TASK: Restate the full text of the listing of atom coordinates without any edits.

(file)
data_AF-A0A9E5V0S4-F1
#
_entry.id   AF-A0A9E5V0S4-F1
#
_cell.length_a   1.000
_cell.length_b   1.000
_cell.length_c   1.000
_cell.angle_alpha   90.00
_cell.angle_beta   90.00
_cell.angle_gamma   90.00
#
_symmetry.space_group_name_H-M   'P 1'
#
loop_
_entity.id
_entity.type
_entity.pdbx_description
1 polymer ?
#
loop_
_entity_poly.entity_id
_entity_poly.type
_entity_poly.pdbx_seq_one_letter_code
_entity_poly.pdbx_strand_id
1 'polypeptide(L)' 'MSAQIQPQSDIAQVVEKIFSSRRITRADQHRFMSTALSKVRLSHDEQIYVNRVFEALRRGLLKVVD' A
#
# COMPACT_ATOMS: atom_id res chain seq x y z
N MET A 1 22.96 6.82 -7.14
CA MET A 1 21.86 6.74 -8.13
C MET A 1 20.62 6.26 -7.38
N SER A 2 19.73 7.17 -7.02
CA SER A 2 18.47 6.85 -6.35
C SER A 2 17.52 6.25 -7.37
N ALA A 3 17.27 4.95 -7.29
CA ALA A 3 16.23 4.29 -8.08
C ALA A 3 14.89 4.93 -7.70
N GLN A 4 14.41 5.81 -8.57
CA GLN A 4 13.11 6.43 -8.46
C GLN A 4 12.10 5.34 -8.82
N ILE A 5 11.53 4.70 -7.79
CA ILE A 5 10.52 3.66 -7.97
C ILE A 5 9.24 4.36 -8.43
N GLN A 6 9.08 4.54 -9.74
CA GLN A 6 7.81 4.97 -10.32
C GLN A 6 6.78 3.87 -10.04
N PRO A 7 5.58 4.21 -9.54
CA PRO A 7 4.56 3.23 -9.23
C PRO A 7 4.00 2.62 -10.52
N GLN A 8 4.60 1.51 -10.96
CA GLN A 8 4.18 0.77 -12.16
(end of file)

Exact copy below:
data_AF-A0A9E5V0S4-F1
#
_entry.id   AF-A0A9E5V0S4-F1
#
_cell.length_a   1.000
_cell.length_b   1.000
_cell.length_c   1.000
_cell.angle_alpha   90.00
_cell.angle_beta   90.00
_cell.angle_gamma   90.00
#
_symmetry.space_group_name_H-M   'P 1'
#
loop_
_entity.id
_entity.type
_entity.pdbx_description
1 polymer ?
#
loop_
_entity_poly.entity_id
_entity_poly.type
_entity_poly.pdbx_seq_one_letter_code
_entity_poly.pdbx_strand_id
1 'polypeptide(L)' 'MSAQIQPQSDIAQVVEKIFSSRRITRADQHRFMSTALSKVRLSHDEQIYVNRVFEALRRGLLKVVD' A
#
# COMPACT_ATOMS: atom_id res chain seq x y z
N MET A 1 22.96 6.82 -7.14
CA MET A 1 21.86 6.74 -8.13
C MET A 1 20.62 6.26 -7.38
N SER A 2 19.73 7.17 -7.02
CA SER A 2 18.47 6.85 -6.35
C SER A 2 17.52 6.25 -7.37
N ALA A 3 17.27 4.95 -7.29
CA ALA A 3 16.23 4.29 -8.08
C ALA A 3 14.89 4.93 -7.70
N GLN A 4 14.41 5.81 -8.57
CA GLN A 4 13.11 6.43 -8.46
C GLN A 4 12.10 5.34 -8.82
N ILE A 5 11.53 4.70 -7.79
CA ILE A 5 10.52 3.66 -7.97
C ILE A 5 9.24 4.36 -8.43
N GLN A 6 9.08 4.54 -9.74
CA GLN A 6 7.81 4.97 -10.32
C GLN A 6 6.78 3.87 -10.04
N PRO A 7 5.58 4.21 -9.54
CA PRO A 7 4.56 3.23 -9.23
C PRO A 7 4.00 2.62 -10.52
N GLN A 8 4.60 1.51 -10.96
CA GLN A 8 4.18 0.77 -12.16